(small, private chapels where prayers were said for the souls of the dead)
All land transferred to the Crown
VALOR ECCLESIASTICUS OF 1535
Represented Cromwell's ambitious project - greatest survey of ecclesiastical wealth and property ever undertaken and described as a Tudor Domesday Book.
valued taxes paid to the Crown from ecclesiastical property and income that had previously been paid to the Pope
of the Valor was undertaken by
Every parish and every monastic institution in England and Wales was visited.
As a result of their work the
government gained a solid understanding of the scale of the wealth of the Church
as a whole and of the monasteries in particular.
According to the Valor, the
net annual income of the Church
was put at between
£320,000 and £360,000
when commissions are taken into account (in today's values this would range from £103 million to £122 million).
IMPACT OF VALOR ECCLESIASTICUS AND COMPERTA MONASTICA
Valor and Comperta
provided the ammunition for those determined to close the monasteries
Valor provided a list of itemised expenditures as well as income, which Cromwell manipulated and then used to show evidence of widespread corruption
Cromwell was able to
demonstrate the bankruptcy of monasticism
by revealing that in spite of the considerable income enjoye by the religious orders, only 3% was regularly allocated to charitable works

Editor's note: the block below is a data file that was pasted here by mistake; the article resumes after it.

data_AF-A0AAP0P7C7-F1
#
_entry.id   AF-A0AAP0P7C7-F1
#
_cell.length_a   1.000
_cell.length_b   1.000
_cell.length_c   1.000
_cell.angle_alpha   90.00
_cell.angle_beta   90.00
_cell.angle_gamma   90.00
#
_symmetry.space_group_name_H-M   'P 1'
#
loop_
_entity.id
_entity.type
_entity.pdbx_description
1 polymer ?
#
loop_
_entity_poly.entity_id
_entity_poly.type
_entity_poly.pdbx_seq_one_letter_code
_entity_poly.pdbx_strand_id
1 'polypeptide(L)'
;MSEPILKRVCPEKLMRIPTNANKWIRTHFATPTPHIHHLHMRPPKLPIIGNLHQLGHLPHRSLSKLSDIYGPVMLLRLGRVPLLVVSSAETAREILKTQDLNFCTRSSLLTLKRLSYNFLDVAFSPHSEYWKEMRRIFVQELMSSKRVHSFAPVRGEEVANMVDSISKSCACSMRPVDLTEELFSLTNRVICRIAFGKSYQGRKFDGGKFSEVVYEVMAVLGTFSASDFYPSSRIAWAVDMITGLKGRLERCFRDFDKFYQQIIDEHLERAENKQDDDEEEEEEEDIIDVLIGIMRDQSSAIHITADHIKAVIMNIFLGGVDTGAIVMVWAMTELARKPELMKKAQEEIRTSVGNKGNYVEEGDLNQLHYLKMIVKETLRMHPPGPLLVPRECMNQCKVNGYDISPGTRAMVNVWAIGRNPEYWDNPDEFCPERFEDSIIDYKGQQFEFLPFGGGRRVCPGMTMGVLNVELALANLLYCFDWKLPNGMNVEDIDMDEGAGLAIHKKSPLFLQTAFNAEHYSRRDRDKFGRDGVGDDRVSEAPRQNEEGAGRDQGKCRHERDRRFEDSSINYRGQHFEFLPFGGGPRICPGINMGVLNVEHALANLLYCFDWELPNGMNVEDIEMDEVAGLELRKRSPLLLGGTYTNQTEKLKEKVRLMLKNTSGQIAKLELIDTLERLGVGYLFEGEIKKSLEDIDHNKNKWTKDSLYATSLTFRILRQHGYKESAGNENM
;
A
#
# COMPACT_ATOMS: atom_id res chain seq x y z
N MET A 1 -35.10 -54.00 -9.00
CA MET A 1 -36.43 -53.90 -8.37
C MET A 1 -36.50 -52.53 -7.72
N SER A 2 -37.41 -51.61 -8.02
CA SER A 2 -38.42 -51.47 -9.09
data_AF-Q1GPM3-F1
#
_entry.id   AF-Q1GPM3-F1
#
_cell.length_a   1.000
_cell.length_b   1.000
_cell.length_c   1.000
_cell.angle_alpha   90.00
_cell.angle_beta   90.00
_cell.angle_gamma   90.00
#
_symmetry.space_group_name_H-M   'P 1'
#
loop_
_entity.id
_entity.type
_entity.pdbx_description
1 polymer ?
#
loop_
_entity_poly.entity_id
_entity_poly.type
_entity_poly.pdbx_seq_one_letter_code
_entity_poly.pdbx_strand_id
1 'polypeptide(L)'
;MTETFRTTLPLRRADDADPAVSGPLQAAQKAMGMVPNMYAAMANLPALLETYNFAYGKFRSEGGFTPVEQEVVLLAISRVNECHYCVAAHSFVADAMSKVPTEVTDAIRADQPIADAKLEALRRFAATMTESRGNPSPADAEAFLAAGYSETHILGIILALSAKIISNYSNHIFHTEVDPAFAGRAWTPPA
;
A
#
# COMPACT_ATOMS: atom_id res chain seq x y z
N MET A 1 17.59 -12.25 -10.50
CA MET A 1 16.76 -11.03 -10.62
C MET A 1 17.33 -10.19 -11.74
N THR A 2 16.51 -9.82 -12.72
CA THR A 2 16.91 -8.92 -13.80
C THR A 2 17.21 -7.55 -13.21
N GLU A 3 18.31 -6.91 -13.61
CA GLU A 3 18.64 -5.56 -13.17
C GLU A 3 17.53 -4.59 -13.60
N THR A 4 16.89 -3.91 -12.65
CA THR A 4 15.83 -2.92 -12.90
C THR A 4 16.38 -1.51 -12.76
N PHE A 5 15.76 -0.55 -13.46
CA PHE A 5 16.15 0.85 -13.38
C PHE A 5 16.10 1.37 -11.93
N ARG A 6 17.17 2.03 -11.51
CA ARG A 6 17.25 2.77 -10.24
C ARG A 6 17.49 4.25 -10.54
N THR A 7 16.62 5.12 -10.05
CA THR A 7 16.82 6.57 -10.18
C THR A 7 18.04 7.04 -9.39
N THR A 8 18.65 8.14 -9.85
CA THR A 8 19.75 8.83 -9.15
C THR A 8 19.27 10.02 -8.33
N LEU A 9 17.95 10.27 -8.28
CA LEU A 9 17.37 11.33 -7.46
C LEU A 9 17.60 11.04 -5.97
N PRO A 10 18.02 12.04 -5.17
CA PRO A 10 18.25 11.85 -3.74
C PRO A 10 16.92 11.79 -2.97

This misapplication of funds, fraud and clerical corruption were highlighted by Cromwell, who managed to
convince the initially sceptical king of the necessity and value of the dissolution.
CONSEQUENCES OF THE DISSOLUTION
MONASTIC BUILDINGS :
Henry has been charged with cultural vandalism as a result of the wholesale destruction of magnificent Gothic church building
s - with the loss of books, images and reliquaries.
However, he did invest into the cause of Education (new grammar schools were set up across the country)
MONKS AND FRIARS
monks and friars found alternative paid employment
within the Church.
About 6500 out of 8000 moved on, having been supplied with their pensions.
significant minority were left in hardship.
less well off
- 2000 nuns were not allowed to marry or become priests
THE POOR :
Monasteries been traditional source of help for the poor
detrimental effect on poor
However, likely it only aggravated an already worsening problem
Henry had been
charged with squandering the wealth acquired through sale of monastic lands
there was a
rush to sell land
, with most of the profits being used to
finance the wars with Scotland and then France
Few gains of any long-term significance were made as a result of this major outlay of money (around £2 million)
just over half of the monastic lands remained in his possession in 1547
, suggesting that he had not been completely reckless.
1547, the crown had made about £800,000 from the sales
, mostly in cash which meant that Henry’s subjects were spared even harsher taxation.
SOCIAL CHANGE :
Sale of monastic lands meant that there was a transfer of power into the hands of the laity at local level.
As a result, the powers of patronage now lay with squires, JP's and the chief landowner, not the church.
Limited evidence to suggest that land ownership was extended down the social ladder.
Seems clear from local studies that land was transferred into the hands of men who were already established in the countryside.
-What happened was that more men had brought their way into local politics.